Lawmakers Seek to Speed Up Camp Lejeune Water Lawsuits, By Expanding Jurisdiction To Address Backlog of Cases

New Bill would allow Camp Lejeune water lawsuits to be set for trial in various different courts throughout the Fourth Circuit, and ensure that juries determine the amount of damages each plaintiff receives.

Hoping to expedite the resolution of a growing number of Camp Lejeune water lawsuits, a pair of North Carolina lawmakers have introduced legislation that would allow trials to be held in a number of different jurisdictions, while also allowing juries to determine the amount of damages the U.S. government should pay to compensate veterans and their family members.

The U.S. government faces about 230,000 claims submitted by individuals diagnosed with various types of cancer and other ailments following exposure to toxic chemicals in the water at the North Carolina Marine training base between the mid-1950s and late 1980s. However, with two more months remaining for lawsuits to be filed, it is expected that there will be a surge of lawsuits over the Camp Lejeune contaminated water in the coming weeks.

President Biden signed the Camp Lejeune Justice Act (CLJA) of 2022 into law on August 10, 2022, opening a two window for claims to be filed in the U.S. District Court for the Eastern District of North Carolina, which was granted exclusive jurisdiction for the litigation.

Four U.S. District Judges are presiding over the litigation, which now involves claims that the Camp Lejeune water caused dozens of different types of cancer, Parkinson’s disease, birth defects, fertility problems and other various other injuries. However, some lawmakers indicate that the current backlog of claims is delaying the ability of claims to get to trial, despite provisions in the law that sought to ensure veterans, family members and others injured by the toxic water were promptly compensated.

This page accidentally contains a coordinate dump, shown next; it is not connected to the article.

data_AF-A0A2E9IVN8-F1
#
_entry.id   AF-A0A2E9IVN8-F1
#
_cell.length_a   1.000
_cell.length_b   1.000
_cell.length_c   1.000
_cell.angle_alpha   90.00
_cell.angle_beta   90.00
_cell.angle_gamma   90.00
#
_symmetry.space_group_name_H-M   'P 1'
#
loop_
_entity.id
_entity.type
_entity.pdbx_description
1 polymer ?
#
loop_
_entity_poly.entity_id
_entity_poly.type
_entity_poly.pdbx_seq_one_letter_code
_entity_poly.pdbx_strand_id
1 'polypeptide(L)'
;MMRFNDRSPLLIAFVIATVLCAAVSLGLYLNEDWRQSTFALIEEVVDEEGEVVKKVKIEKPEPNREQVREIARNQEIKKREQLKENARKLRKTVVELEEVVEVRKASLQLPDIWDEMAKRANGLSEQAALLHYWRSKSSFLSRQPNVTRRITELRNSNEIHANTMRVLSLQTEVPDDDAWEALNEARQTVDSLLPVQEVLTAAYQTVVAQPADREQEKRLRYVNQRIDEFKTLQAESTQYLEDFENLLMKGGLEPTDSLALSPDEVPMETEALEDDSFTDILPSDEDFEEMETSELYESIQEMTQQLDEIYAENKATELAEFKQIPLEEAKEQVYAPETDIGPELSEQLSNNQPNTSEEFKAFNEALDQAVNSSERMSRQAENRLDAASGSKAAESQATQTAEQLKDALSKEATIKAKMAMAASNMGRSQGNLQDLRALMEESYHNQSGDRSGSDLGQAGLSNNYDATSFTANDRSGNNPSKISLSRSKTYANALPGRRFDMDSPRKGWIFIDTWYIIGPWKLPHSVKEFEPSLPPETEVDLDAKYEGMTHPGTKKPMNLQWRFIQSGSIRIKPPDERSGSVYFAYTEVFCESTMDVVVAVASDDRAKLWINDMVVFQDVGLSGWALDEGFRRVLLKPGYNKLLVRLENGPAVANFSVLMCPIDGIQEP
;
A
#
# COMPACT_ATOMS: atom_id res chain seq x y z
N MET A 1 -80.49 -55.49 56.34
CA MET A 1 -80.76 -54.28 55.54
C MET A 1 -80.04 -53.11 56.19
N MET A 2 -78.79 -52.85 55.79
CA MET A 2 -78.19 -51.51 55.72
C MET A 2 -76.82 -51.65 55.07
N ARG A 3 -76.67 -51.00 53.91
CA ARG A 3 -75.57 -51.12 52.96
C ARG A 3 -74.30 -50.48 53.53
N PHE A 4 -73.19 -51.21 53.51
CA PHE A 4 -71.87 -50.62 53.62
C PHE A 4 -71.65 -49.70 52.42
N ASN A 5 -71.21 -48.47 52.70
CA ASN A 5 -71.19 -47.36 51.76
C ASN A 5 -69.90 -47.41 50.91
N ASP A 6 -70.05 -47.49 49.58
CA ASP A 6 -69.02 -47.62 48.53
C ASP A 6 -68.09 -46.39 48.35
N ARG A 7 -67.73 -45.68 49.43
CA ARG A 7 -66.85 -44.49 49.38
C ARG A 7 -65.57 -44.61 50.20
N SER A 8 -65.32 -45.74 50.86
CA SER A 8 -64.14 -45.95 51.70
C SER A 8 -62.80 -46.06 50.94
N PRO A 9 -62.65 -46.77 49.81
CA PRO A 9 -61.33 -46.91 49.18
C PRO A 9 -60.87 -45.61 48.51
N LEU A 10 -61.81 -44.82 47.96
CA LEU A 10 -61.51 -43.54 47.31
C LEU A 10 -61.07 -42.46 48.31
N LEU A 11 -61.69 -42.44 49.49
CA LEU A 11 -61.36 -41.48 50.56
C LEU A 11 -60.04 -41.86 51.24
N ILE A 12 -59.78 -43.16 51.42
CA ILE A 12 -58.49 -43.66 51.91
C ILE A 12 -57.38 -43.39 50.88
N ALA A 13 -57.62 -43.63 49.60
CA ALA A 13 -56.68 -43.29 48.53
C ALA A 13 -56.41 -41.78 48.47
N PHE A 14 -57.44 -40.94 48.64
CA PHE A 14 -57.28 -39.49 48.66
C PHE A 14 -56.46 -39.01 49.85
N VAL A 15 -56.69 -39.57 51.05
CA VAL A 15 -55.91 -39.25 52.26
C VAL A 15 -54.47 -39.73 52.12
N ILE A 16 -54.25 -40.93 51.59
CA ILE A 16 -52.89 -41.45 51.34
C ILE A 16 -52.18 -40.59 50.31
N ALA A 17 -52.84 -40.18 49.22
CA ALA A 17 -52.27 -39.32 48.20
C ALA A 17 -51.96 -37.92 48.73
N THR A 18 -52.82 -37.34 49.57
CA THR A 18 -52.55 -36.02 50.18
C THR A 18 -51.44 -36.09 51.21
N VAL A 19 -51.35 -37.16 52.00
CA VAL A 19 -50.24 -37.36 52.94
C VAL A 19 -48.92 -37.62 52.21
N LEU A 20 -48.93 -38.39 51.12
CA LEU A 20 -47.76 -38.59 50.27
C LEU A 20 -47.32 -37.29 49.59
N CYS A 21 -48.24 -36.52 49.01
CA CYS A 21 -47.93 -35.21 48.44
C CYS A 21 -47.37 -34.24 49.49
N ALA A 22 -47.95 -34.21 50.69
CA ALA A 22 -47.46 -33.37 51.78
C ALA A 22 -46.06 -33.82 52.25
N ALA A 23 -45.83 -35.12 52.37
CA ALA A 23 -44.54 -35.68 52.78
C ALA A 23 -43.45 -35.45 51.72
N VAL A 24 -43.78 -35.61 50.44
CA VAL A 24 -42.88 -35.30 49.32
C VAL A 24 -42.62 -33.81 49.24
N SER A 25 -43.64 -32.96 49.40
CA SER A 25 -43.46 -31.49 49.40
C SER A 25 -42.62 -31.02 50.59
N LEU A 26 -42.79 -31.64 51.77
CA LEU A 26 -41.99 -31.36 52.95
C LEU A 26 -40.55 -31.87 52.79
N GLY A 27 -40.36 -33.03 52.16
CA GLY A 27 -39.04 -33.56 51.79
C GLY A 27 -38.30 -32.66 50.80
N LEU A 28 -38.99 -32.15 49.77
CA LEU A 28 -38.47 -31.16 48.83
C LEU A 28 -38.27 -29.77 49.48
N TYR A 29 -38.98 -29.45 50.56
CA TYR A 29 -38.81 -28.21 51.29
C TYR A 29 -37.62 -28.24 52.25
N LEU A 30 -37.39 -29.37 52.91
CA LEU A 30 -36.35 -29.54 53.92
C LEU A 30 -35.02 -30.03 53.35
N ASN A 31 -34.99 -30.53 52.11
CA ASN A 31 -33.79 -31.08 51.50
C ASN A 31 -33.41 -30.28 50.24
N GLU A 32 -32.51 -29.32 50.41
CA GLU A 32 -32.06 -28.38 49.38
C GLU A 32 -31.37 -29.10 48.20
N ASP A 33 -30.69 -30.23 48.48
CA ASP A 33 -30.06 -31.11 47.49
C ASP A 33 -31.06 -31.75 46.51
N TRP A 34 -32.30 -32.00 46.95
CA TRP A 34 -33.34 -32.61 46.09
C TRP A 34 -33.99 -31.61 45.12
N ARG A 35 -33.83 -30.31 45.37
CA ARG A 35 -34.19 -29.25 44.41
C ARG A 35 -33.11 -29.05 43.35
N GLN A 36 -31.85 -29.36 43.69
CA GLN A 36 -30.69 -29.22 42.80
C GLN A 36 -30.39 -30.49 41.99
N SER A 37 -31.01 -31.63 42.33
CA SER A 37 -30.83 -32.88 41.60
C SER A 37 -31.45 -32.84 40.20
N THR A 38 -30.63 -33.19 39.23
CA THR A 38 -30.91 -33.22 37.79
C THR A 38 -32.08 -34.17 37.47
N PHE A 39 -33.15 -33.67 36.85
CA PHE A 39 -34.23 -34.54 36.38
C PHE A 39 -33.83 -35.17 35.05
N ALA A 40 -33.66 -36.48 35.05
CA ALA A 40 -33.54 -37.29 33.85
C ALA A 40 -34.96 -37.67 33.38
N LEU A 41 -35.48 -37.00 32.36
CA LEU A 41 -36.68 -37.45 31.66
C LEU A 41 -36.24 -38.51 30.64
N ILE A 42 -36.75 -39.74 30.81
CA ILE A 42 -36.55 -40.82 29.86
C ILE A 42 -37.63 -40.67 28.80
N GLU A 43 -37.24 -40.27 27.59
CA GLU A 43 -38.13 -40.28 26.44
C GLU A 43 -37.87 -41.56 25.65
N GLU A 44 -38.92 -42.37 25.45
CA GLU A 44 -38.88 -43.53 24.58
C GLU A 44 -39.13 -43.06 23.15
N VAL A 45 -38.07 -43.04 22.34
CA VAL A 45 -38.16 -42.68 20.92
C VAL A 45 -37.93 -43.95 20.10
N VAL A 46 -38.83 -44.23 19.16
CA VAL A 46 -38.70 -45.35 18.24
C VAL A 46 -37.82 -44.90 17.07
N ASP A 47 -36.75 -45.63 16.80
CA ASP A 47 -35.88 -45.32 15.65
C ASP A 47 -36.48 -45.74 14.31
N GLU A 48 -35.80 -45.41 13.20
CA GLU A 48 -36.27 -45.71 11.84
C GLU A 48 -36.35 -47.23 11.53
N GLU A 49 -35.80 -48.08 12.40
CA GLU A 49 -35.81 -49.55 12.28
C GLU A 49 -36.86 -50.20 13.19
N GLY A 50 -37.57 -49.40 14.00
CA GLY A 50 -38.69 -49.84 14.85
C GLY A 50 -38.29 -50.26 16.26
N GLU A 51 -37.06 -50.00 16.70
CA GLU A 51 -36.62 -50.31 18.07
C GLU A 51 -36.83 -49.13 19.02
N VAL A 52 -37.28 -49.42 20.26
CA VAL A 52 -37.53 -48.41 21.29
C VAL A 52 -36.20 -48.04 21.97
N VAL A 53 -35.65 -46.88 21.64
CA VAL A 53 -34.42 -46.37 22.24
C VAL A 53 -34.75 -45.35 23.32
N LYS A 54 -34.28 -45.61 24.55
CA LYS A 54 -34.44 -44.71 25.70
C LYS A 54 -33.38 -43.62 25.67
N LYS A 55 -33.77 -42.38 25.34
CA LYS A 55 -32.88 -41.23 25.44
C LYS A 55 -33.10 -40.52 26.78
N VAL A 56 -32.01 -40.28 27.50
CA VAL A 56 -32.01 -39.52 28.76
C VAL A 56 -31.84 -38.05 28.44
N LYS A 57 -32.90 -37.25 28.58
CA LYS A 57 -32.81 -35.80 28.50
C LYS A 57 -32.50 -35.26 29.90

Camp Lejeune Water Contamination Lawsuit

Suffer From Health Issues Due To The Water At Camp Lejeune?

Water contamination at Camp Lejeune in North Carolina between 1953 and 1987 caused cancers, birth defects, miscarriages and other side effects for U.S. Marines and their family members.

Learn More About this Lawsuit See If You Qualify For Compensation

Late last month, U.S. House of Representatives members Deborah Ross and Greg Murphy, both from North Carolina, introduced the Camp Lejeune Justice Corrections Act (PDF), noting that despite the massive number of claims, the U.S. government has only made 63 settlement offers, of which only 32 have been accepted.

The U.S. Department of Navy and Department of Justice have announced an elective Camp Lejeune settlement option, providing guaranteed tiers of compensation for veterans and their families if they suffered certain medical conditions, such as kidney cancer, liver cancer, non-Hodgkin’s lymphoma, leukemia, bladder cancer, multiple myeloma, Parkinson’s disease and systemic sclerosis. However, many claimants will not qualify for this settlement offer or intend to pursue additional compensation through the U.S. court system.

While the original Act required each of the claims to go to trial in the U.S. District Court for the Eastern District of North Carolina, which could take decades for each claim to resolve, the new legislation would allow cases to be transferred to any court in the Fourth Circuit, greatly expanding the number of venues and judges that could preside over claims if there are no global Camp Lejeune water settlements reached to fairly compensate broader categories of injuries.